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This article was published 6/3/2014 (1007 days ago), so information in it may no longer be current.
They have larger compartments for parcels and the individual compartments for mail have more room: Canada Post unveiled a new design for community mailboxes it’s using to replace home delivery today.
Two neighbourhoods in northwest Winnipeg will be among the 11 areas across the country to be the first to get community mailboxes in the fall, the first step in ending home delivery.
At the same time the new mailboxes were unveiled, Canada Post was referring customers to a new survey it says will help them serve you better.
It asks questions like whether you own or rent your home, and whether your home mail delivery has increased or declined over the past three years or so. Then the survey takes participants through a power-point presentation on the advantages to phasing out home delivery and continues on questions like do you want your mail box in a large community style bank of the boxes or a small neighbourhood cluster.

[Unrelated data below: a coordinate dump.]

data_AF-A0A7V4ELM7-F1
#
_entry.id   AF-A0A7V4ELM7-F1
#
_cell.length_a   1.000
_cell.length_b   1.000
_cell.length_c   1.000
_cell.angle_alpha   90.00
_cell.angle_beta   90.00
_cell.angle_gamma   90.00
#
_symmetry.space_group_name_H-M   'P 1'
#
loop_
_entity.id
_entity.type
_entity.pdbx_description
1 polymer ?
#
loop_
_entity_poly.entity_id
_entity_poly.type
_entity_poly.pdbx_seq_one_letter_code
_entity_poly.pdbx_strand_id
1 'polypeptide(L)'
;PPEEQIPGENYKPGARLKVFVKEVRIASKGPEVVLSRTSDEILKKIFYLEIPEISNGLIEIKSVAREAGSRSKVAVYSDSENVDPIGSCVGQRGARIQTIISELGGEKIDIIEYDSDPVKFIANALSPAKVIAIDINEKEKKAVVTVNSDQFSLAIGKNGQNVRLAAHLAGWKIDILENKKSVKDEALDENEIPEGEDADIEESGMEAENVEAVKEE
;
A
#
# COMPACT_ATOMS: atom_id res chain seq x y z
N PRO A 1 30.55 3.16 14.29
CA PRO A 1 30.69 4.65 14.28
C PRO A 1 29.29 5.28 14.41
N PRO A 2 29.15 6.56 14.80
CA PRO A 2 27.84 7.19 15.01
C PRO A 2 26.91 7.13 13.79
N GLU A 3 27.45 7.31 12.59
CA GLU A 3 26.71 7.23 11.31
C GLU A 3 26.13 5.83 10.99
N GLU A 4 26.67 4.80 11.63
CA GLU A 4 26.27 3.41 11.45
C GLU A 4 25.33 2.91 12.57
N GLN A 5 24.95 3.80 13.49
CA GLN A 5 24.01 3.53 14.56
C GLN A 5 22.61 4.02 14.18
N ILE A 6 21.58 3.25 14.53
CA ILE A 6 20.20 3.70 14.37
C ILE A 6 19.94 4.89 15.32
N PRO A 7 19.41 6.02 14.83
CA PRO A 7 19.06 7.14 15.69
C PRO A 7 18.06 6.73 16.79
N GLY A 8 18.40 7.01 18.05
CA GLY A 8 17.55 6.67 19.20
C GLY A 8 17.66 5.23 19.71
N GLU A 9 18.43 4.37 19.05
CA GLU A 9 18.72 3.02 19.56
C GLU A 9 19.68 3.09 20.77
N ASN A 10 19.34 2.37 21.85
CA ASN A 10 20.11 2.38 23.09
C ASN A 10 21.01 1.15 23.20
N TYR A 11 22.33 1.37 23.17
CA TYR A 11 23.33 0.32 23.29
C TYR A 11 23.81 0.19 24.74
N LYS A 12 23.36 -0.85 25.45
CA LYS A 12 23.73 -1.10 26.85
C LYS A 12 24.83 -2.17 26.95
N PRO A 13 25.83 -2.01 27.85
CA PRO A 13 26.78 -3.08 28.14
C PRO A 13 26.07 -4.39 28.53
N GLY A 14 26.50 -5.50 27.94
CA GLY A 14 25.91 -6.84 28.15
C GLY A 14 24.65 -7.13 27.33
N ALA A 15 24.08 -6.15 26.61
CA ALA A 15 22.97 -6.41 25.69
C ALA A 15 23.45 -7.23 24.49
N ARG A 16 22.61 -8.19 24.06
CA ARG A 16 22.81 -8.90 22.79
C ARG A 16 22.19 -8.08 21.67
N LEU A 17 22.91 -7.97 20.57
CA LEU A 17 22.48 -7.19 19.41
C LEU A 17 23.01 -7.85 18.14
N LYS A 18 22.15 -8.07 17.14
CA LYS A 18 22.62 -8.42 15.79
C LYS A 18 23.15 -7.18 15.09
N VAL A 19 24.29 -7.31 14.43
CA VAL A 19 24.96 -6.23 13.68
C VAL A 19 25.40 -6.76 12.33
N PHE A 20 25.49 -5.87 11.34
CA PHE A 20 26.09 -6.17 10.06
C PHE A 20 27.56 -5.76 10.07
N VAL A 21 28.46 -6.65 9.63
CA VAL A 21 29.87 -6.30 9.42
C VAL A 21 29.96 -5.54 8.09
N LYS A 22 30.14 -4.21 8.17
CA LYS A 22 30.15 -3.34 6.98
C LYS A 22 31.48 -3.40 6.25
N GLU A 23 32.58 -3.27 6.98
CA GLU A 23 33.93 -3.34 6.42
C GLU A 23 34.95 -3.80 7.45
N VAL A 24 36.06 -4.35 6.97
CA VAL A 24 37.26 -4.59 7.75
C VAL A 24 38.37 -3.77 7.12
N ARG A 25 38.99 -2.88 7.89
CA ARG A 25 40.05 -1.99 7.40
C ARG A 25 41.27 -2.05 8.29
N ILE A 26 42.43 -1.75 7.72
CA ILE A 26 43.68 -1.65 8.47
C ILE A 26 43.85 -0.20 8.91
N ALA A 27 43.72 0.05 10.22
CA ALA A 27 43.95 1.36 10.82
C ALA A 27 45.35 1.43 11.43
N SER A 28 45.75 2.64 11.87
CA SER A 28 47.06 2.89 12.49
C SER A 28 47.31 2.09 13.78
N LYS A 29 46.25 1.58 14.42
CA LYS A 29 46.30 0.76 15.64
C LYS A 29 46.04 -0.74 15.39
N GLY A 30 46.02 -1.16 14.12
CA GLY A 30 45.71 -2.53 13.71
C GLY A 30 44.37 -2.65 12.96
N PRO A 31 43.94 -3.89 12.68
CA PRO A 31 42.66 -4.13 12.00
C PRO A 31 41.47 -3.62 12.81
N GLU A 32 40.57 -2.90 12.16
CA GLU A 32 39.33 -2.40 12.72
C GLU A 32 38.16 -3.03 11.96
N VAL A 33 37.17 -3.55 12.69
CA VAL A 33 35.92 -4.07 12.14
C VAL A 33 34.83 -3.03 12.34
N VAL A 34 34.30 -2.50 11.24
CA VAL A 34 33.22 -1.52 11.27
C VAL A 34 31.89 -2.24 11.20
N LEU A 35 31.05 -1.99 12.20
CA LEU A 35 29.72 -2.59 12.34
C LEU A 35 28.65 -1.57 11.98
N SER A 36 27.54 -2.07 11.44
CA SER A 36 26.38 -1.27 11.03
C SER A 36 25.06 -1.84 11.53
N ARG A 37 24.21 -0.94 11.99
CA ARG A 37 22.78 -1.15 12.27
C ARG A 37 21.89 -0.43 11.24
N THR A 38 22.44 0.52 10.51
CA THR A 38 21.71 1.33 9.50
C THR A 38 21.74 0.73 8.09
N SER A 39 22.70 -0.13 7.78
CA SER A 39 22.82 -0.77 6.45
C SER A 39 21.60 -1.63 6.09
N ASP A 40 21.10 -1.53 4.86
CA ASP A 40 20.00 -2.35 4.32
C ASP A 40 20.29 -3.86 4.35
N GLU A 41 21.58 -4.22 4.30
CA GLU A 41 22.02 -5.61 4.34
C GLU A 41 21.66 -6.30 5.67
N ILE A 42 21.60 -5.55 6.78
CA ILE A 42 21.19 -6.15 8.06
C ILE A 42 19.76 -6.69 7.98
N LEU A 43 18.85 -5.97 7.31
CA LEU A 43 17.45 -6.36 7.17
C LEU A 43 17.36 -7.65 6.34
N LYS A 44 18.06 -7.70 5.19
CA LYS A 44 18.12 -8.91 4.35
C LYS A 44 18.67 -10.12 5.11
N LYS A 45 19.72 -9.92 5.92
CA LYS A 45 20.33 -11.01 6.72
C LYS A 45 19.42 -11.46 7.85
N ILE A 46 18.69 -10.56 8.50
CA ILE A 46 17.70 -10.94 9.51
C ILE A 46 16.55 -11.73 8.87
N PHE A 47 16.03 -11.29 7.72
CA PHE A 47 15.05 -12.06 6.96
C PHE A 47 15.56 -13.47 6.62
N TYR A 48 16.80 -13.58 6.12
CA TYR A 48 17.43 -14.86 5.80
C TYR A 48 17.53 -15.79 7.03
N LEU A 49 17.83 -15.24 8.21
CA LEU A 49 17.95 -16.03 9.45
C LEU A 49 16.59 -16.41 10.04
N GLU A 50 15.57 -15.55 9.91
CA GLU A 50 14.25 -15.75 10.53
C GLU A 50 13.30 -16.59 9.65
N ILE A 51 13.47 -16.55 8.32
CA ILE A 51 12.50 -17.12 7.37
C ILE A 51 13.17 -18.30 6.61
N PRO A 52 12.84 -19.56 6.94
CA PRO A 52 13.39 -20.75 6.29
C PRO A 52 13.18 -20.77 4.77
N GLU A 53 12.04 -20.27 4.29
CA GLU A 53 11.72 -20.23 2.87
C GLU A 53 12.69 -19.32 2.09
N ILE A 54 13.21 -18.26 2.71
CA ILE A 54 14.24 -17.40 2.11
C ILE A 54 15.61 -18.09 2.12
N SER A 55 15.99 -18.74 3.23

Details on when and where the newly redesigned boxes will be up and running in Winnipeg were not available today.
Earlier last month Canada Post said the 11 communities across Canada where mail will be delivered to new community mailboxes beginning in the fall of 2014. This is the first stage of a five-year national initiative involving roughly 5 million addresses.
In the larger cities in this initial stage, only a few specific neighbourhoods will be affected. Within the affected areas, most businesses will keep delivery to the door. In the smaller municipalities, nearly all households and a higher proportion of businesses will move to community mailbox delivery.
In Winnipeg that includes approximately 12,500 addresses with postal codes that start with R2P and R2V.